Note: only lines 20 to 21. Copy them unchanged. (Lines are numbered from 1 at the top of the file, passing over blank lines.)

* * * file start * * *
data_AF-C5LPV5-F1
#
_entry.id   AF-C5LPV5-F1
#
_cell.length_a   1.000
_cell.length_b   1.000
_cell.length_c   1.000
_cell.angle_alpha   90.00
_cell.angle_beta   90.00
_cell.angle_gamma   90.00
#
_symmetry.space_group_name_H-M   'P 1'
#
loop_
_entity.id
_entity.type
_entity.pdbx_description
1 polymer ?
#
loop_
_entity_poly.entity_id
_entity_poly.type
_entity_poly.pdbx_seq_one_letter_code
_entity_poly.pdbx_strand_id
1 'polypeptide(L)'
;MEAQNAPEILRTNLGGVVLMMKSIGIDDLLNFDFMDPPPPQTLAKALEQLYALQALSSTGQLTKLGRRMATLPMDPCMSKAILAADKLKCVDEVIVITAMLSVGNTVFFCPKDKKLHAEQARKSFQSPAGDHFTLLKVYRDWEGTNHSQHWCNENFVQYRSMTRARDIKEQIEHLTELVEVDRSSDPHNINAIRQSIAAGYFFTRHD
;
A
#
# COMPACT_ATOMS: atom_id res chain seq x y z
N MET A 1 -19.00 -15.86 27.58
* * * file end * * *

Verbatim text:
loop_
_entity_poly.entity_id